Two separate studies published today in Nature indicate that, in the future, brain-to-computer interfaces (BCI) could help restore communication for people who can’t speak due to severe paralysis. In both studies, researchers used brain implants that could pick up brain signals, which were then translated into sentences on a screen using algorithms. While this isn’t a new concept, the exciting thing is that both research teams were able to do this much faster and more accurately than existing technologies.
In the study from Stanford, researchers implanted electrodes into the brain of a patient with amyotrophic lateral sclerosis (ALS) in two areas associated with speech. The BCI was designed to detect brain activity when the patient was trying to speak. Those signals were then fed into an algorithm that associated certain brain activity patterns with phonemes — the sounds that make up speech. To train the algorithm, the researchers had the patient attempt to vocalize or silently mouth sample sentences across 25 sessions lasting roughly four hours each.
In the UC San Francisco and UC Berkeley study, researchers surgically placed a paper-thin sheet containing 253 electrodes onto the brain of a person with severe paralysis from a brainstem stroke. Like the Stanford study, researchers had the patient train the algorithm by attempting to speak so it could recognize which brain signals were associated with different phonemes. Those signals were then translated into facial expressions and modulated speech on a digital avatar.
While the studies used slightly different approaches, the results were similar in terms of accuracy and speed. The Stanford study had an error rate of 9.1 percent when limited to a 50-word vocabulary and 23.8 percent when expanded to a 125,000-word vocabulary. After about four months, the Stanford algorithm could convert brain signals to words at about 68 words per minute. The UC San Francisco and Berkeley algorithm was able to decode at a median rate of 78wpm. It had an error rate of 8.2 percent for a 119-word vocabulary and roughly a 25 percent error rate for a 1,024-word vocabulary.
Although a 23 to 25 percent error rate isn’t good enough for everyday use, it’s a significant improvement over existing tech. In a press briefing, Edward Chang, chair of neurological surgery at UCSF and co-author of the UCSF study, noted that the effective rate of communication for existing technology is “laborious” at five to 15wpm when compared to the 150 to 250wpm for natural speech.
“Sixty to 70 wpm is a real milestone for our field in general because it’s coming from two different centers and two different approaches,” Chang said at the briefing.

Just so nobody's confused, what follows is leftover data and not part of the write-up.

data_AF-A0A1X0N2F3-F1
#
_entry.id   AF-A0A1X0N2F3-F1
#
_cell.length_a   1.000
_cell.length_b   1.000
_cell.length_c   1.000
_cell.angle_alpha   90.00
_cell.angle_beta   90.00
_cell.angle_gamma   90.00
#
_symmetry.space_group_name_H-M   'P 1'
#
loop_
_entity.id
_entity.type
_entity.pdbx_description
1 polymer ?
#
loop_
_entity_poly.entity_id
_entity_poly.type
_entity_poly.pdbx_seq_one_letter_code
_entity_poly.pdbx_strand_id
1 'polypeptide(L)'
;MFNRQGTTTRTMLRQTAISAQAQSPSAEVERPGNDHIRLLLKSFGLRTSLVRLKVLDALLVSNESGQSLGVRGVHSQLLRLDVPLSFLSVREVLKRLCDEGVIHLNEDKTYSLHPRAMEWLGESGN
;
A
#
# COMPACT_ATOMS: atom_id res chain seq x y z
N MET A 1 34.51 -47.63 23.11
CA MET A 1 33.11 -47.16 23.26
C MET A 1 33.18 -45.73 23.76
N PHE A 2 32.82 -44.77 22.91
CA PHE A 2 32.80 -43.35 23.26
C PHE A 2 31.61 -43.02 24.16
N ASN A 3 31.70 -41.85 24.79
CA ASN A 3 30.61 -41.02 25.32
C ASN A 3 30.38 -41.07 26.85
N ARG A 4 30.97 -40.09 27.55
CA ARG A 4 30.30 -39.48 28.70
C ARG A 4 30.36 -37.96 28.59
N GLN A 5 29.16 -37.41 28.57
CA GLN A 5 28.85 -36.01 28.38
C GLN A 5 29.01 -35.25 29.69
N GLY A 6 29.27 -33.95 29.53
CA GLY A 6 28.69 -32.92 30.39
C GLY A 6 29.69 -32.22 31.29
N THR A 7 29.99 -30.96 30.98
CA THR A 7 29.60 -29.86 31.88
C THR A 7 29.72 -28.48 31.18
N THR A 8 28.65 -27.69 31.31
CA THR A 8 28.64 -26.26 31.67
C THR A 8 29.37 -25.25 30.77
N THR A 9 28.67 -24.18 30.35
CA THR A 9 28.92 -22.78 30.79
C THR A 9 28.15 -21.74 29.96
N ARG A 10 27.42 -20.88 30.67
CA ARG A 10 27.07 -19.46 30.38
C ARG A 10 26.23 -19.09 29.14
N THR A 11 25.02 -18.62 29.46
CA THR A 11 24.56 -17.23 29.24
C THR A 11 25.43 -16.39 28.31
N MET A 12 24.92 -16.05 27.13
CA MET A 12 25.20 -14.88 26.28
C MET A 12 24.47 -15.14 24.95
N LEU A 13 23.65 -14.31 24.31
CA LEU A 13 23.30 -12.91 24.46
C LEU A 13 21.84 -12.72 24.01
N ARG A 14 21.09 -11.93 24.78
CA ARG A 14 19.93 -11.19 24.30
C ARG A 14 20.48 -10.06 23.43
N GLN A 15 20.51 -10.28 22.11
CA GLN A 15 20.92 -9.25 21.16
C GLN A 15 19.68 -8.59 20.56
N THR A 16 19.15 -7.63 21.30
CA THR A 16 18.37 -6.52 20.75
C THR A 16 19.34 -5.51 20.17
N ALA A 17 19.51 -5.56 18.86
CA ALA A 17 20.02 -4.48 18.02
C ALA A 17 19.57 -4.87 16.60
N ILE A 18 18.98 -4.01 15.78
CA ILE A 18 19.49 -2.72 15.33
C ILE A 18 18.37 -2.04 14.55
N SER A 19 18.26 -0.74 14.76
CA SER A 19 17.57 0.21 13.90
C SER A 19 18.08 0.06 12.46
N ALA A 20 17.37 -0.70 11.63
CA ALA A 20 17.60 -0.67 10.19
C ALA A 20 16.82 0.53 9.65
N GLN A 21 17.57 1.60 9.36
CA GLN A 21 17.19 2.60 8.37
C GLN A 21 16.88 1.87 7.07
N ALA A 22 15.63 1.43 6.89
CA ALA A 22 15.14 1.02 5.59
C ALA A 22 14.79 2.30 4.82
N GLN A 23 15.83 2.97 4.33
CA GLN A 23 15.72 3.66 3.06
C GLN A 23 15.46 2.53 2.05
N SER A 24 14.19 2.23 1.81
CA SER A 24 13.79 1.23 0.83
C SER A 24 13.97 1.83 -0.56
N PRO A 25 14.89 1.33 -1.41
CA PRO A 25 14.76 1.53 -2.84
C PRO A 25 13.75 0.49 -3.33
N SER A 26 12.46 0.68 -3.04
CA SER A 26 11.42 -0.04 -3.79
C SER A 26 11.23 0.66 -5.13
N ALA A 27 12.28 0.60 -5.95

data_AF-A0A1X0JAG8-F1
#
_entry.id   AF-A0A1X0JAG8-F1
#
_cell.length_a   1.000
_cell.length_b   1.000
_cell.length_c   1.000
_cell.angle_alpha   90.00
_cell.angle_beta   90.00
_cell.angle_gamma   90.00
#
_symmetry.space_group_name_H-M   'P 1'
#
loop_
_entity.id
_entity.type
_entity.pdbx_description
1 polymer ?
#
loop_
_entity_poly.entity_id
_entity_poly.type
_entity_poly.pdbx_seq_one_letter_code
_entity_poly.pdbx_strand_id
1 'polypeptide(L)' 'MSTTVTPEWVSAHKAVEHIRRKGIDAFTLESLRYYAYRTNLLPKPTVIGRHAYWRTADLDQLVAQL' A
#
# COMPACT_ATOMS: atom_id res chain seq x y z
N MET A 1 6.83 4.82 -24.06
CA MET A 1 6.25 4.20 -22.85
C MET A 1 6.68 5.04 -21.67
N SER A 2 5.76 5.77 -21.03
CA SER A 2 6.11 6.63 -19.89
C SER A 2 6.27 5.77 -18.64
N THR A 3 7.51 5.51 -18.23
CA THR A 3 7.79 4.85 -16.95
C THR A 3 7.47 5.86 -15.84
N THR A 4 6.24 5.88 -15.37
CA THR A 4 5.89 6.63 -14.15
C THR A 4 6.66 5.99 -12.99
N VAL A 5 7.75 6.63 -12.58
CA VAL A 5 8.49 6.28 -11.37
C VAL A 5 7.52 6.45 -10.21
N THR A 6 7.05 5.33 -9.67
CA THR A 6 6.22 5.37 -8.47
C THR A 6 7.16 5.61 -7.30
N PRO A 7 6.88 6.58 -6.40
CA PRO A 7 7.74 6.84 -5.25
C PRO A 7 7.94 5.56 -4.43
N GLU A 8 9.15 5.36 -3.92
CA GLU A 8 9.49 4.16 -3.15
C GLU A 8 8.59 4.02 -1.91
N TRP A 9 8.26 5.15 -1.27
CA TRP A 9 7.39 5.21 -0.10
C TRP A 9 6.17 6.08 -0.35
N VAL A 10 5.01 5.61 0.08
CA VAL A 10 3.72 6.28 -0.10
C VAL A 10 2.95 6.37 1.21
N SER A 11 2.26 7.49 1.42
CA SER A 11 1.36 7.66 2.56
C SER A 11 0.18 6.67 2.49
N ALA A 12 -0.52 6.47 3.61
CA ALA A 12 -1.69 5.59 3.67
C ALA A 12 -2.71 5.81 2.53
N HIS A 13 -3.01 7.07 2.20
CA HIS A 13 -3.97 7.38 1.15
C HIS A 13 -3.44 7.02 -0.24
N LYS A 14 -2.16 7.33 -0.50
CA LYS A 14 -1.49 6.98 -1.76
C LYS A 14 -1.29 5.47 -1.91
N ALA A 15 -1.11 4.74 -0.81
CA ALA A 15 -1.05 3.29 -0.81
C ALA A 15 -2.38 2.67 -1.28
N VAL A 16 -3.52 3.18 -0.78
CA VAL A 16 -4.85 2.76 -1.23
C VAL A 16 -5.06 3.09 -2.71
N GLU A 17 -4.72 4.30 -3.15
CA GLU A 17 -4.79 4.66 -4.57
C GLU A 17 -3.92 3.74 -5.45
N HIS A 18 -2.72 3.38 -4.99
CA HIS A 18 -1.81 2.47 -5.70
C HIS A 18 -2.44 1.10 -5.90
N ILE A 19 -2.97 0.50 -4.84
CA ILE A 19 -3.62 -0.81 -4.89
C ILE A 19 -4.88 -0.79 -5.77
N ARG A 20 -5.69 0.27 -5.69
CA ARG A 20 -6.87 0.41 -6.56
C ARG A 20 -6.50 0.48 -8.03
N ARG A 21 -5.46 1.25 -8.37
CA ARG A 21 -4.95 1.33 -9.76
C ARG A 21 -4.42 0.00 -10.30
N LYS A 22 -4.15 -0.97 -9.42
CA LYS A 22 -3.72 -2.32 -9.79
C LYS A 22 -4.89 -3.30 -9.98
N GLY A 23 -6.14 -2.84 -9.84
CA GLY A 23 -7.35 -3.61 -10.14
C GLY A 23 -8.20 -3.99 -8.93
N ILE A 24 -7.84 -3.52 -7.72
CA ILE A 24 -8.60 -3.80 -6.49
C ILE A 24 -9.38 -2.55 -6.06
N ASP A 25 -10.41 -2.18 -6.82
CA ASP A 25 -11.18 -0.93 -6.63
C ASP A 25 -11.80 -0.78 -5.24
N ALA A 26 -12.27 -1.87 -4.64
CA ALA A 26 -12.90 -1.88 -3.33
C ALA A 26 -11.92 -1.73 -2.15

That said, these studies are more proof of concept than a technology that’s ready for prime time. One potential issue is that these treatments require long sessions to train the algorithm. However, researchers from both teams told press at a briefing that they were hopeful that algorithm training would be less intensive in the future.
“These are very early studies and we don’t have a big database of data from other people. As we do more of these recordings and get more data, we should be able to transfer what the algorithms learn from other people to new people,” says Frank Willett, a research scientist at the Howard Hughes Medical Institute and co-author of the Stanford study. Willett did note that wasn’t guaranteed, however, and more research was needed.
Another issue is that the tech has to be easy enough for people to use at home, without requiring caregivers to go through complicated training. Brain implants are also invasive, and in these particular studies, the BCI had to be connected via wires to a device on the outside of the skull that was then attached to a computer. There are also concerns about electrode degradation and the fact that these may not be permanent solutions. To get to consumer use, the tech will have to be rigorously vetted, which can be a lengthy and expensive process.
Furthermore, the studies were conducted on patients who still had some lingering ability to move. Some neurological conditions, like late-stage ALS, can result in what’s called “locked-in syndrome.” In this state, a person still has the ability to think, see, and hear but can only communicate by blinking their eyes or other small movements. People with locked-in syndrome are most in need of this type of tech, but more research is needed to see whether this method would be effective.
“We’ve crossed a threshold of performance that we’re both really excited about because it crosses the threshold of usability,” says Chang, noting that the potential benefit of this tech is tremendous if it can be safely and widely implemented. “We are thinking about that quite seriously and what the next steps are.”